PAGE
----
👩‍👦"How To Respond To Kids Tantrum"

(5 Minute Read) This one simple response to tantrums might solve all your problems!

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So the other day, I was tutoring two students and everything was going great. We were currently on our break and just playing a fun game called Hexanaut, and of course, I would encourage everyone to play it. We're pretty much addicted to it. But then the break ended. I gave them a warning that once you die in the game, we're going back to reading. They already know the drill; we literally do this five days a week for the past six months, so I thought it was going to be a simple transition. However, one of my students died in the game, and today, for some reason, everything went off course.

What I mean by this is that he started to have a meltdown—not just a simple tantrum of saying no. It started off with him saying no, then he got up and exclaimed, 'I don't want to do this. I hate this. This is the worst day of my life.' Then he started walking into a wall over and over and over.

But have you ever had a kid who just wouldn't listen? You try to talk it out, you recall that you already set your boundary and had them agree from the get-go? And they just didn't listen. You felt like your child just wasn't going to listen at all. You might have gone straight to punishment, like saying 'I'm going to take this away' or 'No dessert or snacks' Listen, when I was younger and didn't understand gentle parenting, sometimes I leaned into that.

But now, I respond with just this one way. It has made my life way simpler, less stressful. No worries. And if I gave you the ending to what happened with my student, it is that he did the work that we needed to do. And then later on, we played the game. Everyone had a great time. But before we continue this conversation, go support the sponsor we love today, here’s a quick ad for them.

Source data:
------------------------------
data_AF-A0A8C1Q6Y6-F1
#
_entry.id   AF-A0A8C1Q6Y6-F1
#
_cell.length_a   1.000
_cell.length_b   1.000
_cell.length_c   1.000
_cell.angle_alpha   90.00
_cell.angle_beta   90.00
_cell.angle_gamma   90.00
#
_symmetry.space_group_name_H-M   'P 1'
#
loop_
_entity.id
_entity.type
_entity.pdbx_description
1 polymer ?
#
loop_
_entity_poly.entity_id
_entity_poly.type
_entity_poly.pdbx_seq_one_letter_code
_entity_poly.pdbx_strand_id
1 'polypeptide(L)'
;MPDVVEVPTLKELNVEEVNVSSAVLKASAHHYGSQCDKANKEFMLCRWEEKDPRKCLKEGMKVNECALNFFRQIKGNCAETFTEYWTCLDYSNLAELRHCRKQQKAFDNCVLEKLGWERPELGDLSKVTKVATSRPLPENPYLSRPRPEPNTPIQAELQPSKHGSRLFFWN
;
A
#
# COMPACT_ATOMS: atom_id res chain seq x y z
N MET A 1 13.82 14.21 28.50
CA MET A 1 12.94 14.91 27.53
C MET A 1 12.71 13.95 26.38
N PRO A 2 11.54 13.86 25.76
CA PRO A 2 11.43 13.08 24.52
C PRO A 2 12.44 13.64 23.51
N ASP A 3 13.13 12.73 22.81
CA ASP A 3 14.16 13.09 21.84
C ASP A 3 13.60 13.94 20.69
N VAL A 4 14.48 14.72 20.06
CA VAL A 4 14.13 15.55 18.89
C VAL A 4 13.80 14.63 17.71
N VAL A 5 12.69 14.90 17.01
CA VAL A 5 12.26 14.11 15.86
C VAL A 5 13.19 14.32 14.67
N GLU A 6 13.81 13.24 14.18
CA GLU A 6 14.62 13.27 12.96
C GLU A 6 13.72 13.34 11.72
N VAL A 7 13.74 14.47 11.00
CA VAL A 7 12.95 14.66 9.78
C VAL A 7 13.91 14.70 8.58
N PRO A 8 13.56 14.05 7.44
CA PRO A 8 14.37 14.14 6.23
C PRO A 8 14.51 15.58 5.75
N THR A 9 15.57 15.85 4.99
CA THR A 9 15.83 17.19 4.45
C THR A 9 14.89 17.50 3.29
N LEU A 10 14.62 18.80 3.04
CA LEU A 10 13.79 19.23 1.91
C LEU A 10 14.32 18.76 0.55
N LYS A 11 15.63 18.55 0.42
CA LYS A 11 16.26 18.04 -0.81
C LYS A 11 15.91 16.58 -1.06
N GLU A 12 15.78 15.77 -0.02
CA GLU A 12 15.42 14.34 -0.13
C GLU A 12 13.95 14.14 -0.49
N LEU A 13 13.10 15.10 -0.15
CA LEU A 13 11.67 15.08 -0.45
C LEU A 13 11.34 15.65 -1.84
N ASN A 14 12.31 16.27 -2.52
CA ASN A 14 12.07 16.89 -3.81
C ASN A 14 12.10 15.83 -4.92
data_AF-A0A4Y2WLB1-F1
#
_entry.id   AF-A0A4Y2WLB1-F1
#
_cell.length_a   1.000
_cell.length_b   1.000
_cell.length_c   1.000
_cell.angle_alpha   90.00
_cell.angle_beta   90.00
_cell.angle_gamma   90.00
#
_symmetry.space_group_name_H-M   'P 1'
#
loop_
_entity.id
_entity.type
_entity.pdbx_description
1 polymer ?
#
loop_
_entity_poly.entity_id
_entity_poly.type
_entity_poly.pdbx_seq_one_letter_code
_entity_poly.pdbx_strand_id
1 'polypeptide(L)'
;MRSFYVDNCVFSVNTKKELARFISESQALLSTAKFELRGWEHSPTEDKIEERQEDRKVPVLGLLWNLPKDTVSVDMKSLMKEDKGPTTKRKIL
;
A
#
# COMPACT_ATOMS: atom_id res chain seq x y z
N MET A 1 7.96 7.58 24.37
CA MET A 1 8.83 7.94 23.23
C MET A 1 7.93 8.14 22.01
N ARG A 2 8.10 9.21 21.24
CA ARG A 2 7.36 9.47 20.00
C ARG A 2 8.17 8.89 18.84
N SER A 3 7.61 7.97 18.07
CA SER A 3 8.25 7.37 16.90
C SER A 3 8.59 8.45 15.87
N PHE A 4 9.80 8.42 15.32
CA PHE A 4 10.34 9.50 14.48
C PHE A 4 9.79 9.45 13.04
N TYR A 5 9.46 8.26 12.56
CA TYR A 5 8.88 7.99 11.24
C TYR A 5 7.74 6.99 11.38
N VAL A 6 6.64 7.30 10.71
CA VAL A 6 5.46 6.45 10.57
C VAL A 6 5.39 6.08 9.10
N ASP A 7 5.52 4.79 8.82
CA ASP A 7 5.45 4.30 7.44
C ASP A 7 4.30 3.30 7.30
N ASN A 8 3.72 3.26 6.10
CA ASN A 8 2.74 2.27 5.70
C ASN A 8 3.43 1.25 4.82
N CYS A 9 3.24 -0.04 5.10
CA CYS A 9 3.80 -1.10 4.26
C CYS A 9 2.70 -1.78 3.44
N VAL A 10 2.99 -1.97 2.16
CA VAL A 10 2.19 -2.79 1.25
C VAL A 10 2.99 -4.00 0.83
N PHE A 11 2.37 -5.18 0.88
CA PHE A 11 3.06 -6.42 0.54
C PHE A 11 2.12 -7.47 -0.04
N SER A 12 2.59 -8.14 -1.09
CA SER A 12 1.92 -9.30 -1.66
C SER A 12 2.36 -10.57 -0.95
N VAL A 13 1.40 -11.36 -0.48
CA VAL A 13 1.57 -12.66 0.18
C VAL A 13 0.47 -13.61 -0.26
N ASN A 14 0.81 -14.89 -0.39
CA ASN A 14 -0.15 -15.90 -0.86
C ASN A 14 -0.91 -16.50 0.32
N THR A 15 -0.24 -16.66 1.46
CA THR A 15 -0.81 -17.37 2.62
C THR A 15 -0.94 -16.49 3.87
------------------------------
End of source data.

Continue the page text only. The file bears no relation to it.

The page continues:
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The first thing I did was just say, 'It's time to continue our work in algebra,' and he just said no, 'I don't want to do this.' I asked kindly, 'Can you please come sit back down now? Don't worry; we will continue playing the game after we're done working for 30 minutes.' But he replied with another no.

So, you know what I did? I just said okay, let him stand in the corner as he bumped into the wall, let his emotions start running, and I continued working with my other students. This might sound foreign or crazy.

Okay, I kind of stopped the story at the most intense situation, but let me give you a story that might help you understand why I responded how I did. Think about the time when you were having a great day, and then all of a sudden, something just interrupted and threw off your whole day. Let's say you were having a conversation with your partner, and it just felt like they were nagging you or they weren't listening. And you just felt like you needed to shut down or get up and leave the room to take a break.

Us needing to take a moment for ourselves is the same thing kids need too. The only difference is a lot of kids haven't learned yet how to communicate that. They need a second. So when we look back at the moment with my student, when he started to throw his tantrum, I recognized in that moment that I don't need to take control over this and make him do the work right now, especially because he's just getting more upset.

I realized that he was having issues regulating his emotions in that moment, and I have those moments too. When I'm in those moments, I need a second. So I thought to myself, my student probably needs a moment too. I just let him have his tantrum.

*Please give a gentle round of applause too…*

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